Faculty Senate Subcommittee for Writing and Reading Position Statement on Class Size
In times of decreased operating budgets and limited resources, the Subcommittee for Writing and Reading urges administrators and department chairs to resist seeing increases in class size as an easy fix to budget problems. Research has shown that increases in class size have serious negative consequences for student literacy and learning (Astin, 1993; Pascarella & Terenzini, 1991; McKeachie, 1980). In a 2002 faculty writing survey conducted by the Subcommittee for Writing and Reading, 58.3% of CSUS faculty said that large class enrollment was a primary challenge they face in incorporating writing assignments in their classes. According to the National Council of Teachers of English Position Statement on Class Size, “all students have the right to ample opportunities to engage in writing activities and frequent opportunities for meaningful oral interaction in the classroom.” Instructors at CSUS have significant teaching loads, and class size increases will mean less writing, less reading, less critical thinking, and less time for interaction with students. Class size affects more than just reading and writing: as class size increases, there is less opportunity for active learning activities, meaningful discussion, and personalized attention from instructors. Increases in class size also have a negative effect on student retention and student satisfaction.
According the University Policy Manual, “CSUS is committed to the development of sound reading and writing skills.” Improving student writing skills is also listed among the top objectives for academic departments by the Council for University Planning, and the Faculty Senate, in its Advisory Writing Standard, states that "writing and reading skills, both in general and appropriate to the discipline of major, are key learning outcomes for all CSUS graduates." According to the CSUS Strategic Plan, improving writing skills is a top priority for the students, for the institution, and for the community: the Strategic Plan states that employers have indicated “CSUS graduates lack the writing skills to perform effectively in their jobs.” Increases in class size—especially if they become permanent—may undermine CSUS’ strong commitment to reading and writing, and have long-term negative effects for both the students and the community. Class size increases may also undermine the State Legislature's Supplemental Report Language, which mandates the preservation of instruction as the highest priority when implementing cuts.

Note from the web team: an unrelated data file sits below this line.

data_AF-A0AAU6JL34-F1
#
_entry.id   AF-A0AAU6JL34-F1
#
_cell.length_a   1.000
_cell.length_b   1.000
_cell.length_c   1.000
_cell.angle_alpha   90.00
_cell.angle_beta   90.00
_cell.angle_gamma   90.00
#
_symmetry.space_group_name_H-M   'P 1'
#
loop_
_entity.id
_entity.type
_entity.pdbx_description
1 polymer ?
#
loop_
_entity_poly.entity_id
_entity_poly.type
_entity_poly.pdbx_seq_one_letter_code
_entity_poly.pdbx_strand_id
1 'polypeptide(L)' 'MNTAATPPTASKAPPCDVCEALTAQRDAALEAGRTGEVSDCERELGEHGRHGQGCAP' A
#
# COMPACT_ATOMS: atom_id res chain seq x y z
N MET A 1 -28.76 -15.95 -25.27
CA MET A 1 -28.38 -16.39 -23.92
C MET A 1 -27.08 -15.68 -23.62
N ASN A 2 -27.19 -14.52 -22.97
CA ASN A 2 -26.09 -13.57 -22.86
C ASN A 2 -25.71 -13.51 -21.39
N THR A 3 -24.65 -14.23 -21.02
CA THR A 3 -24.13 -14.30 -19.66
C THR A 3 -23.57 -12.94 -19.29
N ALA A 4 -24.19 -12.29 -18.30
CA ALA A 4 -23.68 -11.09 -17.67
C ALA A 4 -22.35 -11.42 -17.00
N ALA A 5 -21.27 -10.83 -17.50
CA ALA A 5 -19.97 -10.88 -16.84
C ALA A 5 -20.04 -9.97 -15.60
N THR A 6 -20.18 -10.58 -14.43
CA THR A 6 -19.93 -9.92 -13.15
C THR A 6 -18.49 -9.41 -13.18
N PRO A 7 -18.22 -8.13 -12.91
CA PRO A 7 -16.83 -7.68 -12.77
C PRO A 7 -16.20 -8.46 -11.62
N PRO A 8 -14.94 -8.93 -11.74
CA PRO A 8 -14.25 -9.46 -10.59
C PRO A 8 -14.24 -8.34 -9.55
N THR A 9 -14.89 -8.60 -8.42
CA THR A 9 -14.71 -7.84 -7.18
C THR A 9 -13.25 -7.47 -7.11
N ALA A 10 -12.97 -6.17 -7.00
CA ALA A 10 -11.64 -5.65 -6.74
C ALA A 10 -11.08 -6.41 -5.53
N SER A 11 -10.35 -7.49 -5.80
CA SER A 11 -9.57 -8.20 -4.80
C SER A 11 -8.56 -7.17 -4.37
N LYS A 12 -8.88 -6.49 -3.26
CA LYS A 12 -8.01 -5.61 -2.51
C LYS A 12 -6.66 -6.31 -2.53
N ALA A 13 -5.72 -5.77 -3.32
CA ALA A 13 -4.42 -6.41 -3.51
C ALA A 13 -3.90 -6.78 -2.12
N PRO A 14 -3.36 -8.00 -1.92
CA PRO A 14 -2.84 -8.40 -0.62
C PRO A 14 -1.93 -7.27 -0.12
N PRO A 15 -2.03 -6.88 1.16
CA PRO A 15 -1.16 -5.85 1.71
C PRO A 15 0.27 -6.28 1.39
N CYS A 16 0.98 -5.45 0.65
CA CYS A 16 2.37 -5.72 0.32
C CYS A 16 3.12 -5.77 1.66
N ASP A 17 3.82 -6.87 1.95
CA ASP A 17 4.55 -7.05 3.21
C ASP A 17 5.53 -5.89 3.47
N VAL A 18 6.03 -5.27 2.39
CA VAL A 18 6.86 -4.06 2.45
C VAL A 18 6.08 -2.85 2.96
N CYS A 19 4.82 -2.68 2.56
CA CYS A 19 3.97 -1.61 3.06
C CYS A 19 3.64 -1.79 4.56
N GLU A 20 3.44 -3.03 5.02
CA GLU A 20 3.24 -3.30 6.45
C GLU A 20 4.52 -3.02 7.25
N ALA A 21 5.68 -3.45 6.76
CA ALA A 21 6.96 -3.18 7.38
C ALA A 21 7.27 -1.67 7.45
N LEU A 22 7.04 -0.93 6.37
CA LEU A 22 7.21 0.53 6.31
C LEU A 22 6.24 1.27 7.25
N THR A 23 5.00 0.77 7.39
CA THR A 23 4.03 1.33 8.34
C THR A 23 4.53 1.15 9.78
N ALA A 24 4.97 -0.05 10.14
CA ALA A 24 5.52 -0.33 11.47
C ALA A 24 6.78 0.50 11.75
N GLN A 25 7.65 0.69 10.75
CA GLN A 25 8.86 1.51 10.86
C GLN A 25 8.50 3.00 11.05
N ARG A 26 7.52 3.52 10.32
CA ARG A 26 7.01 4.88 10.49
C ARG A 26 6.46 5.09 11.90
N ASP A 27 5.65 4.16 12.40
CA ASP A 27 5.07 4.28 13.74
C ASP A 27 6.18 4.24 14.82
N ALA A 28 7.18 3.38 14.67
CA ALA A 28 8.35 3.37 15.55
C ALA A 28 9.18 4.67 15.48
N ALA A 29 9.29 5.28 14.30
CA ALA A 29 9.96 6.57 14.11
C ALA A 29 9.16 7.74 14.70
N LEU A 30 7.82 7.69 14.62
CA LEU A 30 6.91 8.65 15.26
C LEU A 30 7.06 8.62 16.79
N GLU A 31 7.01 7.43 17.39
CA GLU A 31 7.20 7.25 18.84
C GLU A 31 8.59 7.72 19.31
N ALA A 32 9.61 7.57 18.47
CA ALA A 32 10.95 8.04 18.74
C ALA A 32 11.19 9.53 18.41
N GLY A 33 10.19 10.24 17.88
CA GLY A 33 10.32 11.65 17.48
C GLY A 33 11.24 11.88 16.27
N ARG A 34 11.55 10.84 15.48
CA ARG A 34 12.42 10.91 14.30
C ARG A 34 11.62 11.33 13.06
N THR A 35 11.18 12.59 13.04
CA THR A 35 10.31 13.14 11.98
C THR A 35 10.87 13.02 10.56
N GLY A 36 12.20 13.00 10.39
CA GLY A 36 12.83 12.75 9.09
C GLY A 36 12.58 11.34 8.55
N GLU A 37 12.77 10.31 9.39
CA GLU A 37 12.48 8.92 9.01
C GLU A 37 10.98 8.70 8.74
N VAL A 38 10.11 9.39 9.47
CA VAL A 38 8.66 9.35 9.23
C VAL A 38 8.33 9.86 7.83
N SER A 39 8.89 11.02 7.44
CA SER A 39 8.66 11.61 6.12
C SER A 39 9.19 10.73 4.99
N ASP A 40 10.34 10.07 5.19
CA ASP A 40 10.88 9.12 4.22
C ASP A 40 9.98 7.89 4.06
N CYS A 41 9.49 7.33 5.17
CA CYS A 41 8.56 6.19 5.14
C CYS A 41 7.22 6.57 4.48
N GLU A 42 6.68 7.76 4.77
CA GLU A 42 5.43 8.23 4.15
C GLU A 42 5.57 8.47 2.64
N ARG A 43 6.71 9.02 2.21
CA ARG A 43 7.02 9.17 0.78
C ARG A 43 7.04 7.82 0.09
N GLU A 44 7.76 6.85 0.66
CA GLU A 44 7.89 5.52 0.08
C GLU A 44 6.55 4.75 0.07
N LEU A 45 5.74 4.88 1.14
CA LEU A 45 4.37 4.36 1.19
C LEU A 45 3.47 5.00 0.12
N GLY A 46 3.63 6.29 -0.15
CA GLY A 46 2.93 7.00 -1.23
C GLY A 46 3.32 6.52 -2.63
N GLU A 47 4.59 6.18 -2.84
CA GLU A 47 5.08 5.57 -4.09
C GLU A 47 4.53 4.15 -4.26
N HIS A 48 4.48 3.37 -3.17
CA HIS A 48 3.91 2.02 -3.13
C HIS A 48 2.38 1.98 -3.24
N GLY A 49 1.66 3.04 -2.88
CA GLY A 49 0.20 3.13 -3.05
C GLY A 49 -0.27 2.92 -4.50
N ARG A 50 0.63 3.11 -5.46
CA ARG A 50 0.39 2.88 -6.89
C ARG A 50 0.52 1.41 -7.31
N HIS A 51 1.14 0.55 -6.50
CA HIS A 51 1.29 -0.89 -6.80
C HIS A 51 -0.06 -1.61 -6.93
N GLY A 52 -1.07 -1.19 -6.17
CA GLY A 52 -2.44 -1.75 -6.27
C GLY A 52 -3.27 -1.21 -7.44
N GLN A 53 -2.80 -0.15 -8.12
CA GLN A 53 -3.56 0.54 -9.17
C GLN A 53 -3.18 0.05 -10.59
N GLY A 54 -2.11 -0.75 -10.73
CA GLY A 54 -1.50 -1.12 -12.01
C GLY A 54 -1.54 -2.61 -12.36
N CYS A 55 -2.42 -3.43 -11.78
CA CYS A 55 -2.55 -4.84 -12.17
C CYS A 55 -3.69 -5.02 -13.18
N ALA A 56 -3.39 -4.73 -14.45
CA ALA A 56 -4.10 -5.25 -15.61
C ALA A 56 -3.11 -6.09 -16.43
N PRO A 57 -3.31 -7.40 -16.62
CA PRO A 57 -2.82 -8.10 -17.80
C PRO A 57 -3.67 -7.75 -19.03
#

When class size increases are inevitable due to budget cuts, administrators and department chairs should give special consideration and protection to writing-intensive courses and courses in which reading, writing, and discussion are the primary focus. The Subcommittee for Writing and Reading recommends that when class sizes are increased due to budget cuts, these increases should be temporary and not permanent changes.
Astin, A.W. (1993). What matters in college? San Francisco: Jossey-Bass.
McKeachie, W.J. (1980). Class size, large classes, and multiple sections. Academe, 66, 24-27.
National Council of Teachers of English. More than a number: Why class size matters. Online: http://www.ncte.org/about/over/positions/level/coll/107620.htm?source=gs
Pascarella, E.T., & Terenzini, P.T. (1991). How college affects students: Findings and insights from twenty years of research. San Francisco: Jossey-Bass.